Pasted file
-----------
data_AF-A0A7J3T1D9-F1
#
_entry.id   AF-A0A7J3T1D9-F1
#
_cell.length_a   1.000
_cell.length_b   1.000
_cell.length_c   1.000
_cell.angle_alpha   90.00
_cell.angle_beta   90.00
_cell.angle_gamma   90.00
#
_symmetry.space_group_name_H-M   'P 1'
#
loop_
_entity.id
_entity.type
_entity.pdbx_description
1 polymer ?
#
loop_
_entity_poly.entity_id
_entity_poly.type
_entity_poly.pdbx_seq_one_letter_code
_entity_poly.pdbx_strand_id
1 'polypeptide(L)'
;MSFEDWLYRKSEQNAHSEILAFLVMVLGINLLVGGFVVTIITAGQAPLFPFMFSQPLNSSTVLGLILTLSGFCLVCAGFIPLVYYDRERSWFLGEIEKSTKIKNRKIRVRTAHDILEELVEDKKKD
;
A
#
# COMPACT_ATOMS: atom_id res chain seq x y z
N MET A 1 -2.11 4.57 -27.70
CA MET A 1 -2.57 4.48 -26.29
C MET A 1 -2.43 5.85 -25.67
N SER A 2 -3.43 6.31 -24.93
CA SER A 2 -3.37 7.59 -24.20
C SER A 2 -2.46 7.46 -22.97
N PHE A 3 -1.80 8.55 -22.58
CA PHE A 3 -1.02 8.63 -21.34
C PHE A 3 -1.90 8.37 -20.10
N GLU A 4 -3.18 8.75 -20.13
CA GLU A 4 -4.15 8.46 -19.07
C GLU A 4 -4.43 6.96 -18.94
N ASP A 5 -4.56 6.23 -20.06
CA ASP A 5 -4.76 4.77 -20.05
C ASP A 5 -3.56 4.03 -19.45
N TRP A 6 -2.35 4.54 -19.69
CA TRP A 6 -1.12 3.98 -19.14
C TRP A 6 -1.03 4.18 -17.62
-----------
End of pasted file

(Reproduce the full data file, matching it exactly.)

data_AF-A0A7J3T1D9-F1
#
_entry.id   AF-A0A7J3T1D9-F1
#
_cell.length_a   1.000
_cell.length_b   1.000
_cell.length_c   1.000
_cell.angle_alpha   90.00
_cell.angle_beta   90.00
_cell.angle_gamma   90.00
#
_symmetry.space_group_name_H-M   'P 1'
#
loop_
_entity.id
_entity.type
_entity.pdbx_description
1 polymer ?
#
loop_
_entity_poly.entity_id
_entity_poly.type
_entity_poly.pdbx_seq_one_letter_code
_entity_poly.pdbx_strand_id
1 'polypeptide(L)'
;MSFEDWLYRKSEQNAHSEILAFLVMVLGINLLVGGFVVTIITAGQAPLFPFMFSQPLNSSTVLGLILTLSGFCLVCAGFIPLVYYDRERSWFLGEIEKSTKIKNRKIRVRTAHDILEELVEDKKKD
;
A
#
# COMPACT_ATOMS: atom_id res chain seq x y z
N MET A 1 -2.11 4.57 -27.70
CA MET A 1 -2.57 4.48 -26.29
C MET A 1 -2.43 5.85 -25.67
N SER A 2 -3.43 6.31 -24.93
CA SER A 2 -3.37 7.59 -24.20
C SER A 2 -2.46 7.46 -22.97
N PHE A 3 -1.80 8.55 -22.58
CA PHE A 3 -1.02 8.63 -21.34
C PHE A 3 -1.90 8.37 -20.10
N GLU A 4 -3.18 8.75 -20.13
CA GLU A 4 -4.15 8.46 -19.07
C GLU A 4 -4.43 6.96 -18.94
N ASP A 5 -4.56 6.23 -20.06
CA ASP A 5 -4.76 4.77 -20.05
C ASP A 5 -3.56 4.03 -19.45
N TRP A 6 -2.35 4.54 -19.69
CA TRP A 6 -1.12 3.98 -19.14
C TRP A 6 -1.03 4.18 -17.62